Industries: Immigration

Portuguese citizenship for Sephardic Jews – what to expect

Portugal’s parliament approved on October 13th, a Bill proposal that intends to end the possibility for descendants of Sephardic Jews who were expelled during the Spanish Inquisition, to obtain portuguese citizenship.

It is the Portuguese Government understanding that the law that enabled descendants of Sephardic Jews to obtain the Portuguese citizenship served its purpose, it was a “fair recognition” and a “duty of historical reparation, ” by being a “symbolic gesture intended to mark a recognition that has been fulfilled through a generous time window”, in the words of the Justice Minister Catarina Sarmento e Castro.

Additional measures will still be adopted according to the Bill, to safeguard national security in the system for acquiring Portuguese citizenship.

Although the Proposal that was approved will still undergo some changes and will be voted again, very significant changes were decided in the process of acquiring Portuguese citizenship, namely:

  • In 2024, it will no longer be possible to grant Portuguese citizenship to descendants of Sephardic Jews simply by demonstrating a tradition of belonging to a Sephardic community of national origin based on proven objective requirements of connection to Portugal, namely surnames, family language, direct or collateral descent, ownership of property through inheritance and regular trips to Portugal;

Following the revoking of this exceptional regime for the acquisition of citizenship by descendants of Sephardic Jews, the general rules for the acquisition of citizenship will apply, including the need for legal residence in Portugal, which for Sephardic Jews descendants is expected to be 3 years, and proof of knowledge of the Portuguese language;

  • Suspension of the citizenship application for citizens who are addressees of restrictive measures determined by the European Union or the United Nations;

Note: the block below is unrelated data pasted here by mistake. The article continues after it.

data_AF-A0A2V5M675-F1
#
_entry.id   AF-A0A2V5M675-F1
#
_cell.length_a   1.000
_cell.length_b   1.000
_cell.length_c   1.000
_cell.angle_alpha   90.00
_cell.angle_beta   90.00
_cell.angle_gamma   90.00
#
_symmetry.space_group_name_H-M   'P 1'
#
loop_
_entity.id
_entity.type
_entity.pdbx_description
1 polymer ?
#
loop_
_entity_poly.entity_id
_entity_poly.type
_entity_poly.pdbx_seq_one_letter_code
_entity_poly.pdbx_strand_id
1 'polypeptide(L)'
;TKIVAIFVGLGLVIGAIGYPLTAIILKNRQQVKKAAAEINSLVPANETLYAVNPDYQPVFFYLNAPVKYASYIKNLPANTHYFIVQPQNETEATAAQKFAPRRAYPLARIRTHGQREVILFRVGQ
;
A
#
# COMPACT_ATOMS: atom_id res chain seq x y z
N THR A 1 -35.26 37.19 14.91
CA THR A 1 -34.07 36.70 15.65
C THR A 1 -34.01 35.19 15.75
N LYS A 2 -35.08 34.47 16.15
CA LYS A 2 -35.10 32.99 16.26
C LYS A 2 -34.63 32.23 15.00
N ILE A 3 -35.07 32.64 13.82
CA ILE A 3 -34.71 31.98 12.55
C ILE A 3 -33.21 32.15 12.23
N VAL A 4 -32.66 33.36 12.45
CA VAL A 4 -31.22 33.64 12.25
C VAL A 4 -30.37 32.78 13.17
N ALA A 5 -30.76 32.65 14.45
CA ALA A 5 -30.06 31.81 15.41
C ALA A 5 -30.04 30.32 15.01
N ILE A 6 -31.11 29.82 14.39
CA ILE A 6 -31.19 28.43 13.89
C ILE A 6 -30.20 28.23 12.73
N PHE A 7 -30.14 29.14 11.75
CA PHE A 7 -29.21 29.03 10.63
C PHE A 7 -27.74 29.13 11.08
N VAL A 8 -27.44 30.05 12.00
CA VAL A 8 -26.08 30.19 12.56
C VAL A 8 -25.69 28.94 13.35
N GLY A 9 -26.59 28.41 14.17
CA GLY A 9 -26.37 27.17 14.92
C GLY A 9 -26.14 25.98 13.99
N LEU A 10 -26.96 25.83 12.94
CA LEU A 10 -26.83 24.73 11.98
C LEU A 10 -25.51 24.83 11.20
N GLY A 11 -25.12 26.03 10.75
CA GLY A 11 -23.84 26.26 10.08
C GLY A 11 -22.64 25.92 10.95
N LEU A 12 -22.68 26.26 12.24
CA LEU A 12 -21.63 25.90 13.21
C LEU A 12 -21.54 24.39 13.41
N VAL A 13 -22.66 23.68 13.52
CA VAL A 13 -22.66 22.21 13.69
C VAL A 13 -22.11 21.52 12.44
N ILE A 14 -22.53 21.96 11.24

• Biometric data such as photographs, fingerprints and height must be collected from those interested in the citizenship process.
  • Applicants for Portuguese citizenship by naturalization are now required to not have been convicted of a crime punishable under Portuguese law, with a final and unappealable sentence, with a prison sentence of 1 year or more, instead of 3 years as was previously required;
  • The deadline for the Public Prosecutor’s Office to oppose the granting of nationality is now 1 year from the date of registration of the acquisition of Portuguese citizenship.

In addition, opposition by the Public Prosecutor’s Office to the granting of citizenship may be based on the following grounds:

  1. The lack of an effective link to the national community;
  2. The conviction, with final judgement, of a prison sentence of one year or more, for a crime punishable under Portuguese law;
  3. The exercise of public functions not predominantly of a technical nature or the rendering of non-compulsory military service to a foreign state;
  4. The existence of a danger or threat to national security or defense, namely through involvement in activities related to terrorism, violent, especially violent or highly organized crime.

With the exception of the collection of biometric data, which will come into force within 90 days of the law coming into force, and the revocation of the special regime for the acquisition of nationality for descendants of Sephardic Jews, the definitive date for which has not yet been set, the rest of the measures will come into force the day after the publication of the law introducing the aforementioned changes, and the process of revising the law is expected to be completed by December 2023.


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